Why are we Indians always self-critical

ZfkD: "It is not always easy for educated people to be self-critical"


Zurich has countless collectives - what drives them, how are they organized and how did they experience 2020? We found out for you in this series.


Complexity is the program, making it accessible goal of the collective Center for Critical Thinking. What sounds like a house full of critics discussing the problems of our world late at night with a glass of red wine in hand is actually six women, two men and a dog who want much more than that. What is critical thinking and how do you practice it? The central question of the ZfkD, how the association abbreviates its name, is easy to read - and still almost drives the members crazy. But Andrea, Myrta, Selina, Rebi, Cristiana, Alex, Severin and Moritz are happy to accept that.

"In order to promote social change, every single person has to think along," says Andrea on behalf of the collective. Everyone should deal critically with the questions of our time. And to train exactly that, they founded the ZfkD. The eight pioneers have been working on it since the beginning of 2019 - and would learn every day: "We are not professionals in this field," Andrea admits. Critical thinking is a process and enlightenment is probably not worth striving for, if it were up to the collective.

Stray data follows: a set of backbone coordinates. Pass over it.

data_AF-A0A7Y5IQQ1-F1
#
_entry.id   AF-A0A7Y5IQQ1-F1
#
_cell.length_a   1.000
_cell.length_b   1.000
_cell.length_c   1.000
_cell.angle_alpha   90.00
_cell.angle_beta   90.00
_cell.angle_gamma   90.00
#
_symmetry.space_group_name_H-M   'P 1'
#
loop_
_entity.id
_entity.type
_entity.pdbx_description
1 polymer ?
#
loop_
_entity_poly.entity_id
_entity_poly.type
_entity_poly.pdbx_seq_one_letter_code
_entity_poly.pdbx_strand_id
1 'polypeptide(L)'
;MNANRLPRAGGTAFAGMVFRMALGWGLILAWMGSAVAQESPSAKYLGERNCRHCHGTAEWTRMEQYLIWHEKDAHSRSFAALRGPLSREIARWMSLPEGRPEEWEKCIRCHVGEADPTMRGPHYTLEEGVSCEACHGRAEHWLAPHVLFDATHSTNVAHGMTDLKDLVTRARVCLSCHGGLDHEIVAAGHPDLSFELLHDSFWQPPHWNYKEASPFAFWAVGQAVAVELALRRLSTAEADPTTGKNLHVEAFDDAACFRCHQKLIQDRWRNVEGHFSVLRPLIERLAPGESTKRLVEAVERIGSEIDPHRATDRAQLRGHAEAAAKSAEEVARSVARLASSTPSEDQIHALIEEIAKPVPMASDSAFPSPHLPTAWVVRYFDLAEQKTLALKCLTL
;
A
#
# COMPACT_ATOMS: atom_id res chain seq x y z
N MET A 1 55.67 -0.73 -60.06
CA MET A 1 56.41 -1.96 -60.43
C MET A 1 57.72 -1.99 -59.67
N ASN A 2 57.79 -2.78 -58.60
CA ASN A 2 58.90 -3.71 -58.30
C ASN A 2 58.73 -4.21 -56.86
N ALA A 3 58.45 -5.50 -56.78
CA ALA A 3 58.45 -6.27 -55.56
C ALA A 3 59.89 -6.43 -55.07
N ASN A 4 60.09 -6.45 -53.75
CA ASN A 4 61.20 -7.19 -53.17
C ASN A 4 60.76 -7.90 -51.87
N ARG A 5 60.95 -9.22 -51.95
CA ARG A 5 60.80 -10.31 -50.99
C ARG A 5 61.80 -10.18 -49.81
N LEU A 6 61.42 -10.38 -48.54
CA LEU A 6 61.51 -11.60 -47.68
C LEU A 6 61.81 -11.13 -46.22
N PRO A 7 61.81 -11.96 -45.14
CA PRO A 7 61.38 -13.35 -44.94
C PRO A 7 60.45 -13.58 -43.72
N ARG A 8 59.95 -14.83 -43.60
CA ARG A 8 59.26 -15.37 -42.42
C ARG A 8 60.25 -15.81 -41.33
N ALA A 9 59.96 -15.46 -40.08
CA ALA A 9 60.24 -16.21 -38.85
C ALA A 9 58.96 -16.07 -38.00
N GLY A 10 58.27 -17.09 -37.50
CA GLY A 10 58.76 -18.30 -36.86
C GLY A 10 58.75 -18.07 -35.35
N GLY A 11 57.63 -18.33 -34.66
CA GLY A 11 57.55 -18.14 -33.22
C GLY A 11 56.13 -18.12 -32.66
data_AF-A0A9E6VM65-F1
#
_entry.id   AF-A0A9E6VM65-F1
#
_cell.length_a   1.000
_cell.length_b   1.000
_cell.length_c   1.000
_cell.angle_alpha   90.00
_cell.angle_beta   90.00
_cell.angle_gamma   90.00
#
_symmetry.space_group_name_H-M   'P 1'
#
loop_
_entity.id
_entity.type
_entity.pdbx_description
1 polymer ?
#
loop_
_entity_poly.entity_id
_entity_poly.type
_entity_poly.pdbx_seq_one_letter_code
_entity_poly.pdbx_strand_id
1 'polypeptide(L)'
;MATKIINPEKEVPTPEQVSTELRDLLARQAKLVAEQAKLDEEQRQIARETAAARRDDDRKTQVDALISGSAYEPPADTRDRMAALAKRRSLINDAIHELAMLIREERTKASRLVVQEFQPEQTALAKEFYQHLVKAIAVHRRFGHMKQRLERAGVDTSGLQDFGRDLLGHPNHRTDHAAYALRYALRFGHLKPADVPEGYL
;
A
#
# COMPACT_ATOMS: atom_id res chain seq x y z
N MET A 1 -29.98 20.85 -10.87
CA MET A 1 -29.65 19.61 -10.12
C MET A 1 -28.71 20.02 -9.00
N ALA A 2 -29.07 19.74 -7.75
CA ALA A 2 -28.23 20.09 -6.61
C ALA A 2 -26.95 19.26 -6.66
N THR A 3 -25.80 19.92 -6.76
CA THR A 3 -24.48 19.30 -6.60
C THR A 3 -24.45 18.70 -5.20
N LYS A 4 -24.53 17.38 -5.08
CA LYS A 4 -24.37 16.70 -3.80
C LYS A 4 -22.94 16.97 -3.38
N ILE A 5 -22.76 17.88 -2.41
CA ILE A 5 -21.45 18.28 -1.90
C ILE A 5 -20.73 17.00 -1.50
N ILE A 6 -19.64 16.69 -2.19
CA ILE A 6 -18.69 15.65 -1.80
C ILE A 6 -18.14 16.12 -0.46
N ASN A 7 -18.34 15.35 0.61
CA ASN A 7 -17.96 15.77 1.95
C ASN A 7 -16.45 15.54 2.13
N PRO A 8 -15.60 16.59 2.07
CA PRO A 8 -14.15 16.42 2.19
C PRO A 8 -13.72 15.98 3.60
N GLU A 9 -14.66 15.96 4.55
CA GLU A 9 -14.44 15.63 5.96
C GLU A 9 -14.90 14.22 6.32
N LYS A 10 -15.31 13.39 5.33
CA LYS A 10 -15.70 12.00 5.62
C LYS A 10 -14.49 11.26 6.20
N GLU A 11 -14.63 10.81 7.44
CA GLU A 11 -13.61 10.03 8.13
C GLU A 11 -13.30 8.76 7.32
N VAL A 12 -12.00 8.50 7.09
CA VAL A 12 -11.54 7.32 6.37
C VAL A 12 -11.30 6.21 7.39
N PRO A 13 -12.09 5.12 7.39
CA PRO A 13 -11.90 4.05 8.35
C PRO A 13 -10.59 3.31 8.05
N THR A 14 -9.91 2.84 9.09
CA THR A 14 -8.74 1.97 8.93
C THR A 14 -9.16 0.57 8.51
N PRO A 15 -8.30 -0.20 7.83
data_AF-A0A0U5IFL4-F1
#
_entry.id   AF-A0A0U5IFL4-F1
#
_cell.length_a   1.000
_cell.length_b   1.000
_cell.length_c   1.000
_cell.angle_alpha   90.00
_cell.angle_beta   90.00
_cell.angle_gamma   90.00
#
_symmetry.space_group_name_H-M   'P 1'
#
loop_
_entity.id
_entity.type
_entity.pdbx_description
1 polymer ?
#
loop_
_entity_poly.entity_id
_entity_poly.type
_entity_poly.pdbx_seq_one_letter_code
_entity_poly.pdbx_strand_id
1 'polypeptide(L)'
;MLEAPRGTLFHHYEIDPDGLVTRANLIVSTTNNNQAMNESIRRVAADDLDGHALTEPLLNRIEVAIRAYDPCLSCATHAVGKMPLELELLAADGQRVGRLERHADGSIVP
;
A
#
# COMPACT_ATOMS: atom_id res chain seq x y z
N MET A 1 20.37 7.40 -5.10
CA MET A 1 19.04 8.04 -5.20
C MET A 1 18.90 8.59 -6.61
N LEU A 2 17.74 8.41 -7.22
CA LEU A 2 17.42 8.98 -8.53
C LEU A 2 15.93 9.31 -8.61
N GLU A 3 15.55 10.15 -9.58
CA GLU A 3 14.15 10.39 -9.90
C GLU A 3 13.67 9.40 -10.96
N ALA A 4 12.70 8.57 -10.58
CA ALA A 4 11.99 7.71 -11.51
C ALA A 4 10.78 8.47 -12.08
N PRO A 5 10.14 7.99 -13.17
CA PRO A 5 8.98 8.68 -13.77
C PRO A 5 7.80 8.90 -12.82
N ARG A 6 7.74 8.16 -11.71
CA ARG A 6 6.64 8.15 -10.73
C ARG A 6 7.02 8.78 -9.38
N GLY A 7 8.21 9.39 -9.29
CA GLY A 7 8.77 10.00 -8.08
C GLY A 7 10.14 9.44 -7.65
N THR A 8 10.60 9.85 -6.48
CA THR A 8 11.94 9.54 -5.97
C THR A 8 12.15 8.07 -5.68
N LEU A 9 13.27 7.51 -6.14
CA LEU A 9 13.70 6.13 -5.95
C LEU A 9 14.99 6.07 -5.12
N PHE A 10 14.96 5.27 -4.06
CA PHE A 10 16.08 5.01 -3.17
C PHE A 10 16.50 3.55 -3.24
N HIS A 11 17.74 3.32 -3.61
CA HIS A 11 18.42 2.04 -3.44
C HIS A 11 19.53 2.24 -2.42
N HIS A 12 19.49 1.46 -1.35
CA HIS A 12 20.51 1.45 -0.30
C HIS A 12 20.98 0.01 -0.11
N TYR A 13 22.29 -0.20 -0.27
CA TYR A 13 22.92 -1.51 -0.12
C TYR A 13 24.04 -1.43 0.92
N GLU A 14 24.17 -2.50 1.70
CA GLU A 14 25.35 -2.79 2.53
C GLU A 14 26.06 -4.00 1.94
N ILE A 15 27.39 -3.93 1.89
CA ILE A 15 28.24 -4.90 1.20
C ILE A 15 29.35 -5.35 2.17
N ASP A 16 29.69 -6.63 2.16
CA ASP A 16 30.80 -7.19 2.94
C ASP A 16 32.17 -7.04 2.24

The decisive point is primarily that they not only critically deal with the world as individuals, but also want to convey this to others. While the center for critical thinking used to be the kitchen of a team member, the collective now carries its message out into the world (or at least to Switzerland): in classrooms, on podiums, in podcasts or at the regulars' table in a bar. Away from the ivory tower the bottom of facts where critical thinking can become commonplace.


Tsüri.ch: The year 2020 in three words?

ZfkD: It turned out differently.

What challenges did the Corona crisis bring - and how did you deal with them?

The most difficult thing for us was not to fall into blind actionism. If, as a “center for critical thinking”, you observe the emotionalized reporting on the one hand and the behavior of the population on the other, you can quickly get the feeling that you have to make Corona a central issue.

Back then, we took a compulsory one-week break to protect ourselves. After a few days it was clear: Corona is just one of many important issues and we will continue to take care of those that will now take a back seat.